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HISTORY

After the opening credits, a written dedication reads: "Dedicated to the United States Navy without whose cooperation production of this picture would not have been possible." According to a 3 Jan 1931 MPH news item, the picture cost $1,000,000 to produce and consisted of 28 reels before editing, including "125,000 feet shot at the naval air base at Lakehurst, N. J." Dirigible was Capra and Columbia Pictures' first film to open at Grauman's Chinese Theater in Hollywood, a new sign of prestige for the studio. In the program for the premiere, photographer Victor Scheurich's name is spelled Sherick. The Var review states that this was Columbia's most expensive production to date. According to contemporary sources, a French version was directed by Robert Harari, who also wrote the adaptation and dialogue, and a German version was directed by Egon Goltzen. A 1930 NYT article mentions that Howard Hughes was working on a film to be called Dirigible , scripted by John Monk Saunders. It is possible, however, that the article was referring to one of Hughes' aviation films, such as Hell's Angels or Sky Devils , as he did not make a film entitled Dirigible . In a modern interview, sound engineer Ed Bernds states that a grip named Harry was killed in the hangar used for the dirigible when he fell from the rafters. According to Frank Capra's autobiography, the scenes of the South Pole were shot in the San Gabriel Valley, CA. Capra also states that the mooring used by the dirigible Los Angeles during the filming was ... More Less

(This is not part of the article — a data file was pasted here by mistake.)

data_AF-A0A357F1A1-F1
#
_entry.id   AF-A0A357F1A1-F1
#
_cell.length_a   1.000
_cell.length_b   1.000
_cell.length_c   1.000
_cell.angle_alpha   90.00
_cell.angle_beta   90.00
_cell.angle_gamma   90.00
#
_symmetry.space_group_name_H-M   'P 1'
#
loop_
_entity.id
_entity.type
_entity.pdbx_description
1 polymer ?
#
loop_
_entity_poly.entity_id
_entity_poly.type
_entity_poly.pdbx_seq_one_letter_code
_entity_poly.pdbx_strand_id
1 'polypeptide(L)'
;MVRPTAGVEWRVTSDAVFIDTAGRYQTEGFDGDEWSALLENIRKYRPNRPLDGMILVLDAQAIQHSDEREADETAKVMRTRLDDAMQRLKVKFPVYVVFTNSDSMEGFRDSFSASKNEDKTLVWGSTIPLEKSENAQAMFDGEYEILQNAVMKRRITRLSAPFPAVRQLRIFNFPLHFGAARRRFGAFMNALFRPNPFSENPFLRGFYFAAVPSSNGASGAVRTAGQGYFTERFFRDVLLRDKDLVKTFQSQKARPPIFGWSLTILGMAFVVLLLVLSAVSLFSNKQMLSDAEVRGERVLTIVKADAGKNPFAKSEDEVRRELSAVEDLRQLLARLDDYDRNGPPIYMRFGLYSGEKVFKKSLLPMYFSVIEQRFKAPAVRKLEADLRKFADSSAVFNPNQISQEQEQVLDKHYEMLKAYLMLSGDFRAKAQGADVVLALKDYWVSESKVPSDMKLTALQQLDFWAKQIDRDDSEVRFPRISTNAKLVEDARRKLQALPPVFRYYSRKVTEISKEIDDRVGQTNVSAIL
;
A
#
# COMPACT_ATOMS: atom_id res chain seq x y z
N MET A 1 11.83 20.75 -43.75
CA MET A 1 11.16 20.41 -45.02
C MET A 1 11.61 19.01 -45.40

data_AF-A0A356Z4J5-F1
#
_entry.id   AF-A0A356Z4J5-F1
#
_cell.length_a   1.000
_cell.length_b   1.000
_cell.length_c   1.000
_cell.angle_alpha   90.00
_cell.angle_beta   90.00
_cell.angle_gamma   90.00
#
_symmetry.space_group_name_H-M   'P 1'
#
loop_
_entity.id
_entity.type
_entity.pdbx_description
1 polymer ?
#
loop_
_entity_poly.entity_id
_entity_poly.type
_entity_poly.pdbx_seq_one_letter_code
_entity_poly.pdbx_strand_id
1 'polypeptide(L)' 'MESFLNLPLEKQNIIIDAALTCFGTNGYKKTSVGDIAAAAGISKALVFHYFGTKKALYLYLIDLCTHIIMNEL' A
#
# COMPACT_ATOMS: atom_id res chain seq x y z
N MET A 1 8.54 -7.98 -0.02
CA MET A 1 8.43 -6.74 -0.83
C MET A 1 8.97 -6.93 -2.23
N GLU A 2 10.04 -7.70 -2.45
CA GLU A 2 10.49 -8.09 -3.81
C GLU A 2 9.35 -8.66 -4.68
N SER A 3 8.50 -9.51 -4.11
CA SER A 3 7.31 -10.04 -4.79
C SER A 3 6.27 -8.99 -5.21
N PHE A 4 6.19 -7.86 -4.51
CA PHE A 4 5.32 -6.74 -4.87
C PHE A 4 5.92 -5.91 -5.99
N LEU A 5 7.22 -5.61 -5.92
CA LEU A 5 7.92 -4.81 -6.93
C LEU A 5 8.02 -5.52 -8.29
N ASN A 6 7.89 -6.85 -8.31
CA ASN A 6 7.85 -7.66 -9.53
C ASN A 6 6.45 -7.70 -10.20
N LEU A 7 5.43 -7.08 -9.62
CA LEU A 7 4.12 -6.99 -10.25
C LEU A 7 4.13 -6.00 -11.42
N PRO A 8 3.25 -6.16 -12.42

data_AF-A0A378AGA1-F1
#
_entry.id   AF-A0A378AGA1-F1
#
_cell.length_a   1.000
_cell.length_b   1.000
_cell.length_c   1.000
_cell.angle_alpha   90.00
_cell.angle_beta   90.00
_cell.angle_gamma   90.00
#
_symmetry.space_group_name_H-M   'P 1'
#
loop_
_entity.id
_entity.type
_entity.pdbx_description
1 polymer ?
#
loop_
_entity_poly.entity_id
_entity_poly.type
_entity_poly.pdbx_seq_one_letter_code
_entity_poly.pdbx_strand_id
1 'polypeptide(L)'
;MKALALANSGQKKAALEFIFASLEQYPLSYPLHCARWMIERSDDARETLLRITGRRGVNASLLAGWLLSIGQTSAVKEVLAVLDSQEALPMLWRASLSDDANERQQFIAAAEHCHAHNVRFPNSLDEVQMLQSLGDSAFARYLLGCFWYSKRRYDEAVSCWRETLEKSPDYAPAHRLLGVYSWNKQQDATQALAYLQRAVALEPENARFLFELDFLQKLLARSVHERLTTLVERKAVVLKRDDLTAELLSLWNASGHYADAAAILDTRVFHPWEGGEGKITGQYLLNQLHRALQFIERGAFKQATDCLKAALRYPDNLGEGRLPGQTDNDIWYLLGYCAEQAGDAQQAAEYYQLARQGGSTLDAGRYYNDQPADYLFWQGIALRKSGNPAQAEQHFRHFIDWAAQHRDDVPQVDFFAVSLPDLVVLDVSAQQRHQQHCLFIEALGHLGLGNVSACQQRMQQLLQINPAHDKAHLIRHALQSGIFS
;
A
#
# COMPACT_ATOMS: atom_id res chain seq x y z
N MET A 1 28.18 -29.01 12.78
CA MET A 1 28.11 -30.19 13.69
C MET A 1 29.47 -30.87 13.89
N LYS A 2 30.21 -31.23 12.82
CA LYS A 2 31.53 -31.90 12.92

After the opening credits, a written dedication reads: "Dedicated to the United States Navy without whose cooperation production of this picture would not have been possible." According to a 3 Jan 1931 MPH news item, the picture cost $1,000,000 to produce and consisted of 28 reels before editing, including "125,000 feet shot at the naval air base at Lakehurst, N. J." Dirigible was Capra and Columbia Pictures' first film to open at Grauman's Chinese Theater in Hollywood, a new sign of prestige for the studio. In the program for the premiere, photographer Victor Scheurich's name is spelled Sherick. The Var review states that this was Columbia's most expensive production to date. According to contemporary sources, a French version was directed by Robert Harari, who also wrote the adaptation and dialogue, and a German version was directed by Egon Goltzen. A 1930 NYT article mentions that Howard Hughes was working on a film to be called Dirigible , scripted by John Monk Saunders. It is possible, however, that the article was referring to one of Hughes' aviation films, such as Hell's Angels or Sky Devils , as he did not make a film entitled Dirigible . In a modern interview, sound engineer Ed Bernds states that a grip named Harry was killed in the hangar used for the dirigible when he fell from the rafters. According to Frank Capra's autobiography, the scenes of the South Pole were shot in the San Gabriel Valley, CA. Capra also states that the mooring used by the dirigible Los Angeles during the filming was the same one used by the Hindenburg zeppelin, which exploded in 1937 at Lakehurst, killing 36 people. Modern sources say that Boris Karloff had a bit part as a member of the dirigible expedition which fails, although this could not be confirmed in the print viewed.